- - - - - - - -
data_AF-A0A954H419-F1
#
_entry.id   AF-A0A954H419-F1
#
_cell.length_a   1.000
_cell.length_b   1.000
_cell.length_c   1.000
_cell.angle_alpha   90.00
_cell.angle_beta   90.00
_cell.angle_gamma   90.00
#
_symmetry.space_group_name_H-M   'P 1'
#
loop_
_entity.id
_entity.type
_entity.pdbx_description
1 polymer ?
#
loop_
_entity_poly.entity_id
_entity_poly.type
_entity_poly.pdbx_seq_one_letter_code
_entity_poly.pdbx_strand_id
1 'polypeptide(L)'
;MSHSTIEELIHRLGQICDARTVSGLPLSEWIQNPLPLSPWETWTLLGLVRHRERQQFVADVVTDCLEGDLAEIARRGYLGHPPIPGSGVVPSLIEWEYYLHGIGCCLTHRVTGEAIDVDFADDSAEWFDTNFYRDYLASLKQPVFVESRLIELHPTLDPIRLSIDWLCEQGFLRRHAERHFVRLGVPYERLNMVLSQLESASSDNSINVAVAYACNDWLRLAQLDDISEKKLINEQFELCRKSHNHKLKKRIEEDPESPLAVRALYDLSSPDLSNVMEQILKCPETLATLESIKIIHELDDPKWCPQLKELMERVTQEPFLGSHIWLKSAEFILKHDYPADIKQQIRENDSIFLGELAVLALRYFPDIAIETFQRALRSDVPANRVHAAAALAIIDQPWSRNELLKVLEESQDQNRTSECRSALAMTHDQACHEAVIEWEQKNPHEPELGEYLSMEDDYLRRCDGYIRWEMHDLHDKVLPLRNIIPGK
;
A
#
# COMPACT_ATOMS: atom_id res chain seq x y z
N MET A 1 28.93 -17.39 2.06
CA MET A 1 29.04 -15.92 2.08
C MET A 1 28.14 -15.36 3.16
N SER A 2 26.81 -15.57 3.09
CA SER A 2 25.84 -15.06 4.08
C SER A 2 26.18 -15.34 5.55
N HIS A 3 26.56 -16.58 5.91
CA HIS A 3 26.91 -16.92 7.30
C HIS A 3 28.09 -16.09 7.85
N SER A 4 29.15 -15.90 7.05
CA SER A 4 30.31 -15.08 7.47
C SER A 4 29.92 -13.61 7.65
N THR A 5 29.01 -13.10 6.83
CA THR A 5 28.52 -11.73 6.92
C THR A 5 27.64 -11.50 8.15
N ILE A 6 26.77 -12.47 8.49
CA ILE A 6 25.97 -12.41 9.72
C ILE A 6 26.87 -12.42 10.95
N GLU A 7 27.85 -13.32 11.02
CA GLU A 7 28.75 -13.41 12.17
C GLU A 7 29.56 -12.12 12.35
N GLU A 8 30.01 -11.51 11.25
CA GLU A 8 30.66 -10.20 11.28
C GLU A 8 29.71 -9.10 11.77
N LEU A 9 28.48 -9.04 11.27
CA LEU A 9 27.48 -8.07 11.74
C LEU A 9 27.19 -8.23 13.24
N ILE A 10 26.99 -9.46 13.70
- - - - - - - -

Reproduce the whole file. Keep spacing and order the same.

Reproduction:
data_AF-A0A954H419-F1
#
_entry.id   AF-A0A954H419-F1
#
_cell.length_a   1.000
_cell.length_b   1.000
_cell.length_c   1.000
_cell.angle_alpha   90.00
_cell.angle_beta   90.00
_cell.angle_gamma   90.00
#
_symmetry.space_group_name_H-M   'P 1'
#
loop_
_entity.id
_entity.type
_entity.pdbx_description
1 polymer ?
#
loop_
_entity_poly.entity_id
_entity_poly.type
_entity_poly.pdbx_seq_one_letter_code
_entity_poly.pdbx_strand_id
1 'polypeptide(L)'
;MSHSTIEELIHRLGQICDARTVSGLPLSEWIQNPLPLSPWETWTLLGLVRHRERQQFVADVVTDCLEGDLAEIARRGYLGHPPIPGSGVVPSLIEWEYYLHGIGCCLTHRVTGEAIDVDFADDSAEWFDTNFYRDYLASLKQPVFVESRLIELHPTLDPIRLSIDWLCEQGFLRRHAERHFVRLGVPYERLNMVLSQLESASSDNSINVAVAYACNDWLRLAQLDDISEKKLINEQFELCRKSHNHKLKKRIEEDPESPLAVRALYDLSSPDLSNVMEQILKCPETLATLESIKIIHELDDPKWCPQLKELMERVTQEPFLGSHIWLKSAEFILKHDYPADIKQQIRENDSIFLGELAVLALRYFPDIAIETFQRALRSDVPANRVHAAAALAIIDQPWSRNELLKVLEESQDQNRTSECRSALAMTHDQACHEAVIEWEQKNPHEPELGEYLSMEDDYLRRCDGYIRWEMHDLHDKVLPLRNIIPGK
;
A
#
# COMPACT_ATOMS: atom_id res chain seq x y z
N MET A 1 28.93 -17.39 2.06
CA MET A 1 29.04 -15.92 2.08
C MET A 1 28.14 -15.36 3.16
N SER A 2 26.81 -15.57 3.09
CA SER A 2 25.84 -15.06 4.08
C SER A 2 26.18 -15.34 5.55
N HIS A 3 26.56 -16.58 5.91
CA HIS A 3 26.91 -16.92 7.30
C HIS A 3 28.09 -16.09 7.85
N SER A 4 29.15 -15.90 7.05
CA SER A 4 30.31 -15.08 7.47
C SER A 4 29.92 -13.61 7.65
N THR A 5 29.01 -13.10 6.83
CA THR A 5 28.52 -11.73 6.92
C THR A 5 27.64 -11.50 8.15
N ILE A 6 26.77 -12.47 8.49
CA ILE A 6 25.97 -12.41 9.72
C ILE A 6 26.87 -12.42 10.95
N GLU A 7 27.85 -13.32 11.02
CA GLU A 7 28.75 -13.41 12.17
C GLU A 7 29.56 -12.12 12.35
N GLU A 8 30.01 -11.51 11.25
CA GLU A 8 30.66 -10.20 11.28
C GLU A 8 29.71 -9.10 11.77
N LEU A 9 28.48 -9.04 11.27
CA LEU A 9 27.48 -8.07 11.74
C LEU A 9 27.19 -8.23 13.24
N ILE A 10 26.99 -9.46 13.70